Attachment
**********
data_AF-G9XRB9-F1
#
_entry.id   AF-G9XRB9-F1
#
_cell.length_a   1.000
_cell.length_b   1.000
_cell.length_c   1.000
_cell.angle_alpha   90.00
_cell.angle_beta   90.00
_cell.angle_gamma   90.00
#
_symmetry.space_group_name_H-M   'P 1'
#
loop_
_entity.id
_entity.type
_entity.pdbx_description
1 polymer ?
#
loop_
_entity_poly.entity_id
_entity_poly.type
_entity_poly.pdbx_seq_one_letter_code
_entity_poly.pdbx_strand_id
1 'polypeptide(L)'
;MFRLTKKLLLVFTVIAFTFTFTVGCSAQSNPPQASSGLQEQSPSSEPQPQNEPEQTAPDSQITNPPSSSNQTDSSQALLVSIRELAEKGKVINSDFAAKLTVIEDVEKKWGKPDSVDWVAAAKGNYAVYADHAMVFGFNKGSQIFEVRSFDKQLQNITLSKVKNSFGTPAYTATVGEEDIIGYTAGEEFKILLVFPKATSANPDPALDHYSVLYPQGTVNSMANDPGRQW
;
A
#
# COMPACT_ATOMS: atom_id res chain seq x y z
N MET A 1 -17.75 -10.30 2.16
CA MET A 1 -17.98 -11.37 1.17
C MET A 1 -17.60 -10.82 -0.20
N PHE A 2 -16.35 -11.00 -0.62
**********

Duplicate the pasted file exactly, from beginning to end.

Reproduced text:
data_AF-G9XRB9-F1
#
_entry.id   AF-G9XRB9-F1
#
_cell.length_a   1.000
_cell.length_b   1.000
_cell.length_c   1.000
_cell.angle_alpha   90.00
_cell.angle_beta   90.00
_cell.angle_gamma   90.00
#
_symmetry.space_group_name_H-M   'P 1'
#
loop_
_entity.id
_entity.type
_entity.pdbx_description
1 polymer ?
#
loop_
_entity_poly.entity_id
_entity_poly.type
_entity_poly.pdbx_seq_one_letter_code
_entity_poly.pdbx_strand_id
1 'polypeptide(L)'
;MFRLTKKLLLVFTVIAFTFTFTVGCSAQSNPPQASSGLQEQSPSSEPQPQNEPEQTAPDSQITNPPSSSNQTDSSQALLVSIRELAEKGKVINSDFAAKLTVIEDVEKKWGKPDSVDWVAAAKGNYAVYADHAMVFGFNKGSQIFEVRSFDKQLQNITLSKVKNSFGTPAYTATVGEEDIIGYTAGEEFKILLVFPKATSANPDPALDHYSVLYPQGTVNSMANDPGRQW
;
A
#
# COMPACT_ATOMS: atom_id res chain seq x y z
N MET A 1 -17.75 -10.30 2.16
CA MET A 1 -17.98 -11.37 1.17
C MET A 1 -17.60 -10.82 -0.20
N PHE A 2 -16.35 -11.00 -0.62